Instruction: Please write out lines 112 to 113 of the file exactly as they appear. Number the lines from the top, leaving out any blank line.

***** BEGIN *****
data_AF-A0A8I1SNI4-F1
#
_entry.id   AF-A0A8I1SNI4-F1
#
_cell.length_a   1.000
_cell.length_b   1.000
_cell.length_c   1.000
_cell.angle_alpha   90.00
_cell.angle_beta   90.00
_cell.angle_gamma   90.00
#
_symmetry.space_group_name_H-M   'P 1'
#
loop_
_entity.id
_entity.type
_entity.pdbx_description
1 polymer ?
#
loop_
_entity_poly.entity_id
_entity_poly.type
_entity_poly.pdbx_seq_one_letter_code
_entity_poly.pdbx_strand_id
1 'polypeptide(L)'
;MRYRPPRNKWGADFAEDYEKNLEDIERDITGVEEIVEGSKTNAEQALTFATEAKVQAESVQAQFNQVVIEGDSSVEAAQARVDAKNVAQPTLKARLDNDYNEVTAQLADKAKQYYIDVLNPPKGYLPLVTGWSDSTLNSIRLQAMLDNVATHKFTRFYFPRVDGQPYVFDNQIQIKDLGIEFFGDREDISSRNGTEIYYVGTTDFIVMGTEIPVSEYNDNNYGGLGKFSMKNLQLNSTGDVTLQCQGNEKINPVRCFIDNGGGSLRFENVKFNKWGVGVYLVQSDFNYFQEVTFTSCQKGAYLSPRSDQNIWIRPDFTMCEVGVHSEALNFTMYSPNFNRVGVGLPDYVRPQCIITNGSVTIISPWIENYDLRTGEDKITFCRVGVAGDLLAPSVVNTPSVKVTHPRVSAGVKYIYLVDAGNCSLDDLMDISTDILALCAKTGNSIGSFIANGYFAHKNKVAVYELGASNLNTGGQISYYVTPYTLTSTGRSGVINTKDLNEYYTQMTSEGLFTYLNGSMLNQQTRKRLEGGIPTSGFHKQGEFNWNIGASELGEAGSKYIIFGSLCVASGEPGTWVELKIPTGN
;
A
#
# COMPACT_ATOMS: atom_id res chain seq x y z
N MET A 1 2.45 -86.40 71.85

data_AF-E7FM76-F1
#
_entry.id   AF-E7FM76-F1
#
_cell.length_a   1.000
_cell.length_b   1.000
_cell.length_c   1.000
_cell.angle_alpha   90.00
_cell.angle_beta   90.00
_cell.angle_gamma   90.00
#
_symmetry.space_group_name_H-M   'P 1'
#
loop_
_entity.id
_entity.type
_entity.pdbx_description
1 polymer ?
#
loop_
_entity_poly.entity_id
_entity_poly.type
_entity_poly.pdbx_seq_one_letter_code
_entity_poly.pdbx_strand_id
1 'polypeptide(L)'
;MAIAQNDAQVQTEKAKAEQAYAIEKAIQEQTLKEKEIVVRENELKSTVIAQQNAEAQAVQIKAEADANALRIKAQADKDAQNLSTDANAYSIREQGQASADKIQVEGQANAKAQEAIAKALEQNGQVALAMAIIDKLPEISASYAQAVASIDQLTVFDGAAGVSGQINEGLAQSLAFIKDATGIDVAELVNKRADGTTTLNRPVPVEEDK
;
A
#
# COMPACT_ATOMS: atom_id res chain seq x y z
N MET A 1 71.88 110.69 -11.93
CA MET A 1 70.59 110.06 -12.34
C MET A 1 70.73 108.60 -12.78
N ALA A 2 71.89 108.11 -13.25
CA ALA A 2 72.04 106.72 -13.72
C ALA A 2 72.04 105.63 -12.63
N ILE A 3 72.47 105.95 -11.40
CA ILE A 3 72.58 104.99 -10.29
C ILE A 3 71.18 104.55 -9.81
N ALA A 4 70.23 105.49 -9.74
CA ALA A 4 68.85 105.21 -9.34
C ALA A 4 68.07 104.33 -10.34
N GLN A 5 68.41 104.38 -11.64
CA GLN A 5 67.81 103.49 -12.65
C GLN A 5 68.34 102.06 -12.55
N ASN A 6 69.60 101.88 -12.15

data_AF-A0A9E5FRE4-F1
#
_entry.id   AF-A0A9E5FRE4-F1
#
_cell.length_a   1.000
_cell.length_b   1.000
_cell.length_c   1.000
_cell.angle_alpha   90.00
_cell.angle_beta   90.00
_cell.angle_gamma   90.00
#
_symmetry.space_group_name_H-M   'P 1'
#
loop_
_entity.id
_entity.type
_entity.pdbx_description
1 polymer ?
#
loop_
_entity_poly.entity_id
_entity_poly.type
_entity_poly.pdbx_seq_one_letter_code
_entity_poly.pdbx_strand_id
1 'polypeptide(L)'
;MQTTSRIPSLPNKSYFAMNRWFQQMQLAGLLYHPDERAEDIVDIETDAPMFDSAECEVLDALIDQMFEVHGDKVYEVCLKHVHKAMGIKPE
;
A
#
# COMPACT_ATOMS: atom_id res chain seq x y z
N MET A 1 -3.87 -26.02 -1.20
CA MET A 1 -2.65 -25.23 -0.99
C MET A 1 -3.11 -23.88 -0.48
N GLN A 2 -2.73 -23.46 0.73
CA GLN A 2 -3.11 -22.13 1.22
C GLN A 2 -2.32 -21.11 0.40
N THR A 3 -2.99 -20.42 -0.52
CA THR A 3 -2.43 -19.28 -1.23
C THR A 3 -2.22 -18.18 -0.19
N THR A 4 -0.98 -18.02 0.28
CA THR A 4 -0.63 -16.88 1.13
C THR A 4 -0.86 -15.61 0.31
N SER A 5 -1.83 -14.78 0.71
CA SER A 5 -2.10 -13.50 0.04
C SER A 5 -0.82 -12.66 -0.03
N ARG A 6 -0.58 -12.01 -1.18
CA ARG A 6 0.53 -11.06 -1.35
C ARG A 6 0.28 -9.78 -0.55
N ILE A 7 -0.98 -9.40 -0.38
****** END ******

CA GLN A 2 -3.11 -22.13 1.22
C GLN A 2 -2.32 -21.11 0.40